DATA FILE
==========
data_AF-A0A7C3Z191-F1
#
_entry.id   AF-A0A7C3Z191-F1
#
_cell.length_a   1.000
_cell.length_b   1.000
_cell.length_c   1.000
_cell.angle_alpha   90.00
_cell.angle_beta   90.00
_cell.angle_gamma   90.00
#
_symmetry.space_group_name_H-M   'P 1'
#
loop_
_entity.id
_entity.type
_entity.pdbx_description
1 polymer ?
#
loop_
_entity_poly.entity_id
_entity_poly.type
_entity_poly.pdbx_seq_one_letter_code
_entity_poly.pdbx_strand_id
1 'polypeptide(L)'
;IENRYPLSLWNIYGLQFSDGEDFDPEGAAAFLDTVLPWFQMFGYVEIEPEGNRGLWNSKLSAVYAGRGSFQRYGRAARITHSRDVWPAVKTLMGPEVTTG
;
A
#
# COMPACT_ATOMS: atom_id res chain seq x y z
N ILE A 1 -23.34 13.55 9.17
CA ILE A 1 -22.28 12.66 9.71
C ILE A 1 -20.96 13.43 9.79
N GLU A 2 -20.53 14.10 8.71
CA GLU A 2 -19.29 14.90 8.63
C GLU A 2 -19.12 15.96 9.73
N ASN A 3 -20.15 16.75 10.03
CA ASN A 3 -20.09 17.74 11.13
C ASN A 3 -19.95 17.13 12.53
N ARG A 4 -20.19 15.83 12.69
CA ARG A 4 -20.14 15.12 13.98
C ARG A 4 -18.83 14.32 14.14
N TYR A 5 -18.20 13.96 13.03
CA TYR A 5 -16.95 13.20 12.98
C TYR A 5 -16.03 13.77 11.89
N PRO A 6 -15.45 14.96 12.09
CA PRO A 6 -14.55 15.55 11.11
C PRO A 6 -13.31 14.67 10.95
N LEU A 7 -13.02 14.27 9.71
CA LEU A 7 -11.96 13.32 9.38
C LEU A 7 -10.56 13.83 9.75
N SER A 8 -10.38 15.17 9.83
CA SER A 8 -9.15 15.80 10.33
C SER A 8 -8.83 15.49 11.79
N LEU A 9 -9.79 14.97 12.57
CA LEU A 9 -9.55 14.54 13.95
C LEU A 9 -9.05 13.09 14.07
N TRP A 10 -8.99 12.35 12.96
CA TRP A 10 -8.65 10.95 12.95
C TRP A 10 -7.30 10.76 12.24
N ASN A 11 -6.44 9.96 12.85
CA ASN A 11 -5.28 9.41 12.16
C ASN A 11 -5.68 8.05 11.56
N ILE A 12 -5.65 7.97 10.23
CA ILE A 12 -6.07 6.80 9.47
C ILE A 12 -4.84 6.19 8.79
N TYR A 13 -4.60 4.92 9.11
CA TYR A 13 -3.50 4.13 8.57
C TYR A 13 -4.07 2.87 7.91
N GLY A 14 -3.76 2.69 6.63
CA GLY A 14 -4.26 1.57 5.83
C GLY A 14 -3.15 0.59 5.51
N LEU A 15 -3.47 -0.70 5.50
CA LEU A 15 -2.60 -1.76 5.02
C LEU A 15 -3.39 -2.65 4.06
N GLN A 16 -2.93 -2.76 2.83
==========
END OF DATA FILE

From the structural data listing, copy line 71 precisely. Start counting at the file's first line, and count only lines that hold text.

CA GLY A 14 -4.26 1.57 5.83